From what the Association of Authors' Representatives (literary agent organization) and the Authors Guild are saying, Simon & Schuster is backing down on effectively elminating
out-of-print rights reversion. The company had tried questioning
the Authors Guild in a statement on Publishers Weekly, but apparently that was short-lived. Here's what the AAR had to say after having a few of its crew meet with S&S:
They informed us that S&S is investing a lot of resources in its digital publishing initiative, and their expanded efforts in conventional and newtechnologies will enable them to supply books to consumers in a variety of formats, including Print on Demand, electronic books, digital downloadable audio, online page views, et. al. Their goal is to keep books in print more effectively and to market frontlist and backlist titles more vibrantly.They have confirmed for us that they are agreeable to negotiating with agents a revenue-based threshold to determine the in-print status of a book.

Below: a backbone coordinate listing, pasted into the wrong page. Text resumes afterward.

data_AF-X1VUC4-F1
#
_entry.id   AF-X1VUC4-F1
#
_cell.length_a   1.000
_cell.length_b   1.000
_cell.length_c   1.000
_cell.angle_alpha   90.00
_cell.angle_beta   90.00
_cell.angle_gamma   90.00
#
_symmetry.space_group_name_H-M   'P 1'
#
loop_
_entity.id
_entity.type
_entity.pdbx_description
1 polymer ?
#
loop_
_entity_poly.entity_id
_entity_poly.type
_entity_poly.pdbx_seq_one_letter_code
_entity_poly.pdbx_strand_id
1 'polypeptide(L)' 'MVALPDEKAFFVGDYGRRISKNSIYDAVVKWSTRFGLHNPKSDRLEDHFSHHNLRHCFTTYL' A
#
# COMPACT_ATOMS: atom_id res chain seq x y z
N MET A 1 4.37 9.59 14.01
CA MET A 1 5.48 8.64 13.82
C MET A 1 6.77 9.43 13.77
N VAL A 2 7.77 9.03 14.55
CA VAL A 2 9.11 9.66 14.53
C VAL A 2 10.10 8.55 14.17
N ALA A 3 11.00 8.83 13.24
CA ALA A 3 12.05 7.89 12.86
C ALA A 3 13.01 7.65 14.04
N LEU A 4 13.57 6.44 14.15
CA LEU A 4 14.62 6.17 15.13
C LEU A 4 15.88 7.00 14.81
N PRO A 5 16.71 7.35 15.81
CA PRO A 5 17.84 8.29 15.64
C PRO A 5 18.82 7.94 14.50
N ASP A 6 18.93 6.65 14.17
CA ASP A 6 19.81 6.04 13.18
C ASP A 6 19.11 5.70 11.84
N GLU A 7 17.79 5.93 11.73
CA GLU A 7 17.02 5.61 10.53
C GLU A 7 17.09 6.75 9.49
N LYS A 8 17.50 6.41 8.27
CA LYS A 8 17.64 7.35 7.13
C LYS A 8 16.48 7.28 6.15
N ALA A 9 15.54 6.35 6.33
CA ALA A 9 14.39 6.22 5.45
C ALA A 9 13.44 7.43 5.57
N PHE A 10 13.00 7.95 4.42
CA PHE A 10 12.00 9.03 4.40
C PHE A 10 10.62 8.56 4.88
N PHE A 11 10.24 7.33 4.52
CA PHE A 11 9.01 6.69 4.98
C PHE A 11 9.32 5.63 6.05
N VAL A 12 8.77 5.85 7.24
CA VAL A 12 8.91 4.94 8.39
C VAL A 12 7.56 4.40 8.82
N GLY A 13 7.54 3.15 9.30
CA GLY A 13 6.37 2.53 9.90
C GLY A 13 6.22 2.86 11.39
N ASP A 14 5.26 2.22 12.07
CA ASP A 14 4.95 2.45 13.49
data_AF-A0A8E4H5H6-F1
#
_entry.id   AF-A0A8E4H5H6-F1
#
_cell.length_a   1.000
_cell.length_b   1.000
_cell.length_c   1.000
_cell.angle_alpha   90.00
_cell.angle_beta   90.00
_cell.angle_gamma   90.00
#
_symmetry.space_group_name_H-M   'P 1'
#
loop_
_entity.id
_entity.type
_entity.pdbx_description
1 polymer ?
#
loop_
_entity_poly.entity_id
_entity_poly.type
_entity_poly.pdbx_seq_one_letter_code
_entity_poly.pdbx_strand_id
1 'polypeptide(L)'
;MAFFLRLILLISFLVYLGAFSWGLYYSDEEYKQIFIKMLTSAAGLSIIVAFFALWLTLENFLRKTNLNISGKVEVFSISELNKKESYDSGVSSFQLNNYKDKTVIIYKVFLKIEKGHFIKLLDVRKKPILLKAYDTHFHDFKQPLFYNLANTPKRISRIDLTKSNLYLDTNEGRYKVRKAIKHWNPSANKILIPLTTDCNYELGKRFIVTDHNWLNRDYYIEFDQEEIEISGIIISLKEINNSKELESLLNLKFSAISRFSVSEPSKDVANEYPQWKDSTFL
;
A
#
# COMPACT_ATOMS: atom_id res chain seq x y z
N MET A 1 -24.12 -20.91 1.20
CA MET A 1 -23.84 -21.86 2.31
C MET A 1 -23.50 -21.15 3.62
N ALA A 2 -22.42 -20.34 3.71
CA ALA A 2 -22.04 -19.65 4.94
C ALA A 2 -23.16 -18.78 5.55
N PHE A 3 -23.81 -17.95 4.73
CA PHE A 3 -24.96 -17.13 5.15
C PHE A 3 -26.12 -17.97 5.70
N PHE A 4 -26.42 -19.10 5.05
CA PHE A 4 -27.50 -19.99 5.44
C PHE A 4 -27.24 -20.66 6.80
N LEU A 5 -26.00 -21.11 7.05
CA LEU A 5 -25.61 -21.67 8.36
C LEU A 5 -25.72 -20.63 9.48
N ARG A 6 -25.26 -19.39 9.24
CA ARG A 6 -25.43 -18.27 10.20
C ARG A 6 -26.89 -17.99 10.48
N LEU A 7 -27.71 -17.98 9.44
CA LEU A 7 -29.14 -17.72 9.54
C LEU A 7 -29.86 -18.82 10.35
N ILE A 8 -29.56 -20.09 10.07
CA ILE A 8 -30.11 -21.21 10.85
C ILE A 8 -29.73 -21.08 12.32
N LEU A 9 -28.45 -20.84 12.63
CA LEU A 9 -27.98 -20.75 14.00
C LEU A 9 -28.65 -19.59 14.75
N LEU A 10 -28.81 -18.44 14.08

That is certainly good news - and proof that if writers don't roll over, publishers are quite capable of backing down.
Labels: agents, Authors Guild, books, publishers, rights, Schuster, Simon